Inclusive Heathen Organizations
These organizations have been recognized by Heathens Against Hate as inclusive groups due to their outspoken stance against racism and inequality.
Last Updated on: August 6th, 2018
(In Alphabetical Order)
The Ásatrú Fellowship in Iceland was founded in 1972 by farmer Sveinbjörn Beinteinsson.
It has been widely accepted that the foundation of reconstructionist faith in Iceland in the early 1970’s was the official “birth” of modern Heathenry. It is worth mentioning that the use of the term “Ásatrú” (“faithful to the gods”) in modern Heathenry was first coined by them.
Though membership is reserved to residents of Iceland, the Ásatrúarfélagið is open to anyone seeking to know the gods regardless of race, gender, disability or sexual orientation.
Åsatrufellesskapet Bifrost (Norway):
With over 380 members spanning 10 geographical regions, the Ásatrú Fellowship of Bifrost has promoted inclusive Heathen worship from its very inception in 1996. Since then, it has cemented itself as an intrical part of the religious and spiritual community in Norway by performing juridical weddings and other ceremonies, and was even granted designated burial grounds.
Asatru Schweiz (Switzerland):
Founded in 2009, the Asatru Schweis is a Heathen community that provides ritual services, gatherings, and interfaith awareness to the German-speaking parts of Switzerland.
Asatru UK (United Kingdom):
Asatru UK aims to gather all inclusive Heathens in England by providing education, organizing national gatherings, and foster a relationship between Heathens in the UK and abroad.
Ár nDraíocht Féin (International):
Founded in 1983, Ár nDraíocht Féin (A Druid Fellowship) or ADF for short, is a neo-pagan organization dedicated to the Indo-European Reconstructionist Faiths.
Heavily reliant on scholarly research, ADF provides valuable resources that draw from a myriad of Proto-Indo-European (PIE) “Hearth Cultures” including Norse.
A movement started by the staff of Huginn’s Heathen Hof, it is named after the 127th stanza of the Hávamál which states that:
“When you see misdeeds, speak out against them, and give your enemies no peace.”
It is a statement and petition in response to the Asatru Folk Assembly (AFA) which overtly stated their racist ideology. Petition signatories (both groups and individuals) stand against racism and discrimination in Heathenry.
De Negen Werelden (Netherlands):
The Nine Worlds was founded in 2007 aiming to provide religious service and gatherings to practicing Heathens in the Netherlands.
Distelfink Sippschaft (United States):
Die Urglaawisch Sippschaft vum Distelfink was formed in 2008 and currently has over 35 members and associates in Pennsylvania,
New Jersey, Delaware, and Virginia.
Distelfink follows the Heathen path of Urglaawe, which honors the Teutonic pantheon in the context of the Deitsch (Pennsylvania German) culture, and drawing upon folklore and practices which have been passed down through generations.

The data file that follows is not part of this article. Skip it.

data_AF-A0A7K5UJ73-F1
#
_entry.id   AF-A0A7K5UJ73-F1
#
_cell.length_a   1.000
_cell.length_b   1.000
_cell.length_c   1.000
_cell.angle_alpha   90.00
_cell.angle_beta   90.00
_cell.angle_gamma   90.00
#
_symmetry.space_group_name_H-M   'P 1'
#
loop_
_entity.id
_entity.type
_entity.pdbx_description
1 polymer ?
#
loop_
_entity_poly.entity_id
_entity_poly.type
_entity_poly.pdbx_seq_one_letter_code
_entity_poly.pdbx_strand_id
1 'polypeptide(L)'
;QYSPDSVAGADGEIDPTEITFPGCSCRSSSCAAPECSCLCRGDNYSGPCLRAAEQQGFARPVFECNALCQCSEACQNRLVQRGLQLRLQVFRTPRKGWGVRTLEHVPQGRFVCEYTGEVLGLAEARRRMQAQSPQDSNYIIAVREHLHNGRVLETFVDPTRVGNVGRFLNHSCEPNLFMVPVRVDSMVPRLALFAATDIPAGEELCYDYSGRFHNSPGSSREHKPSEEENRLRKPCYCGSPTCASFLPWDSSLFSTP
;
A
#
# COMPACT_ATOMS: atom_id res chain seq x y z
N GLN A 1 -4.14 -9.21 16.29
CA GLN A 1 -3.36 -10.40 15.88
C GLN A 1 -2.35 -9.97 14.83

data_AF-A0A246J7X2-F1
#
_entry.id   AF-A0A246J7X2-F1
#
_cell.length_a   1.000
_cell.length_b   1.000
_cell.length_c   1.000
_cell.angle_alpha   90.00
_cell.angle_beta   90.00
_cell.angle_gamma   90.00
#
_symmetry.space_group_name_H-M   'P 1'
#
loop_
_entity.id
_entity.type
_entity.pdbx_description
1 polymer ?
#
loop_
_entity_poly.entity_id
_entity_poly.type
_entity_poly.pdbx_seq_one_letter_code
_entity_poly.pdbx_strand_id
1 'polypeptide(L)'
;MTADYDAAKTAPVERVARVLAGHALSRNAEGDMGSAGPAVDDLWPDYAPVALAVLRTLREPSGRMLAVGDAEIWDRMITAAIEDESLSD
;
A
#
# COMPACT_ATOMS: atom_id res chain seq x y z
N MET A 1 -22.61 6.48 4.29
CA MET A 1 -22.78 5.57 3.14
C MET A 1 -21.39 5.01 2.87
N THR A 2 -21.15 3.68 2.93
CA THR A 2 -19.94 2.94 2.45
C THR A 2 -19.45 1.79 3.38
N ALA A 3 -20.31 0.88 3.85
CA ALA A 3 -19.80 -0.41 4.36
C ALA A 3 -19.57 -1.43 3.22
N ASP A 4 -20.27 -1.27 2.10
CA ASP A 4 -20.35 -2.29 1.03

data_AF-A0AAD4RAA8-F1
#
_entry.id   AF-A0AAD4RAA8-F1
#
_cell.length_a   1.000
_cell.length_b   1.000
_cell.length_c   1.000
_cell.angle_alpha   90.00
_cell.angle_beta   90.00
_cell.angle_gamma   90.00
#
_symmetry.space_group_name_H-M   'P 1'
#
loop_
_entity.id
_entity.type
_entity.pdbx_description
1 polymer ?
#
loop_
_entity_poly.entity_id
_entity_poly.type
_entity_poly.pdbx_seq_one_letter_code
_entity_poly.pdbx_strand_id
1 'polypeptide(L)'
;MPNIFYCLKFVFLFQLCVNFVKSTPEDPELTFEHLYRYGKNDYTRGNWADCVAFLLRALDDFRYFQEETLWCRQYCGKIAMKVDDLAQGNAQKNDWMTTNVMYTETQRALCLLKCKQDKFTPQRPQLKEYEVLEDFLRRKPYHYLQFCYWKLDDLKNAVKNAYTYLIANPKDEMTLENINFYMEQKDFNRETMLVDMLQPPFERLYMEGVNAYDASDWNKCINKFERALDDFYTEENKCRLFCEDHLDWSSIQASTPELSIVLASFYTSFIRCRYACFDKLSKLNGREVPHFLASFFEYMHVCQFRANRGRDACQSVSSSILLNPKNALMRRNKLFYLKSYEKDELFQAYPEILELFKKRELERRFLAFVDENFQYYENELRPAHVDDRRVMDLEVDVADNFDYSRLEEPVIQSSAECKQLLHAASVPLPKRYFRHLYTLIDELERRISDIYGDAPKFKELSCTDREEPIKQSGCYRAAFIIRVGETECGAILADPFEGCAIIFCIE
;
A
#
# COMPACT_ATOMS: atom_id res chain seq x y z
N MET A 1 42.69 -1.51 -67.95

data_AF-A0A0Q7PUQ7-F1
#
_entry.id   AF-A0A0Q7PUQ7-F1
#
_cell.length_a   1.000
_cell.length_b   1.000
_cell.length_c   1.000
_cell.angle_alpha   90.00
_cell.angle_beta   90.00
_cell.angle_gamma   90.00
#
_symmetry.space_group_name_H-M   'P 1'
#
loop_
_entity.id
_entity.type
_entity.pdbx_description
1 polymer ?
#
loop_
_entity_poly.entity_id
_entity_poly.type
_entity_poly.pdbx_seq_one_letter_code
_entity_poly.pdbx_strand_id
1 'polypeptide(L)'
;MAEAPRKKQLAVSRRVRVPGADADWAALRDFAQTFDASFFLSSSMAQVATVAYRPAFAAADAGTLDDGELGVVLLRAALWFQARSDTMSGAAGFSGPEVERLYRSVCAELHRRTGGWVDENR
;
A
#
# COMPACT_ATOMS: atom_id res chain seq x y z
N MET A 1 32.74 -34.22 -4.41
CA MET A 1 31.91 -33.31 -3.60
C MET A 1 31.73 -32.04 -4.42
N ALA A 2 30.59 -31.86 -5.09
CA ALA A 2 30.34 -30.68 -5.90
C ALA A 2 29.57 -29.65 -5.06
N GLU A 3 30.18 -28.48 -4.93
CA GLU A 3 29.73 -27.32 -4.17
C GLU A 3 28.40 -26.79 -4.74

Distelfink members maintain the Lüsch-Müsselman Graabhof near Lehighton, PA.
As one of the largest Ásatrú organizations in Germany, the Eldaring is a non-profit organization dedicated to organize regional and national gatherings, workshops, and Heathen worship.
Heathen Women United (International):
An international initiative bringing women and female-identified people of the LGBTQ community together to educate, guide, and share in contemporary Heathenry.
Huginn’s Heathen Hof:
While not an organization per se, it was founded by Xander Folmer as a valuable online resource for Heathens and non-Heathens alike.
Most notably, the staff of HHH started the movement of Declaration 127.
Nordisk Tingfælliget (Denmark):
An inclusive Heathen community in Denmark advocating multiculturalism and community activism.
Open Halls Project (United States):
Connecting Heathens serving in the United States military with both other active service personnel as well as Heathen civilians.
Pagane Wege und Gemeinschaften (Germany):
Initially started as a blog in 2012, the Pagan Ways & Community later gathered as a unified and inclusive gathering of a multitude of pagan faiths and practices; including Heathen and Ásatrú.
Samfundet Forn Sed (Sweden):
Founded in 1994, it is one of the largest inclusive Heathen groups in Sweden.
Basing their value system on “humanitarian and democratic view on life...acknowledge all humans as equals regardless of gender, origin, or sexual preference...members shall also uphold religious tolerance in a multicultural society.”
The Troth (International):
Founded in 1987 in response and opposition to exclusionary groups, The Troth (also known as The Ring of Troth) is an international Inclusive Heathen organization, and the largest within the United States whose mission is to provide academic education about Germanic Reconstructionist Faith, training for clergy, and provide networking among both individuals and Heathen kindred.
Additionally, the Troth promotes inclusive programs such as Heathens Against Hate, as well as leading one of the nation’s largest and academic Heathen prison In-Reach programs.
Verein für Germanisches Heidentum e.V. [VfGH] (Germany):
Verein für Germanisches Heidentum (or VfGH for short) was founded in 1995 in Cologne.
It is one of the oldest Pagan associations in Germany and has not only clarified their inclusivity in their mission statement and bylaws, they have participated in multiple Asatru-EU events that promote mutual Heathen education, ritual, and workshops.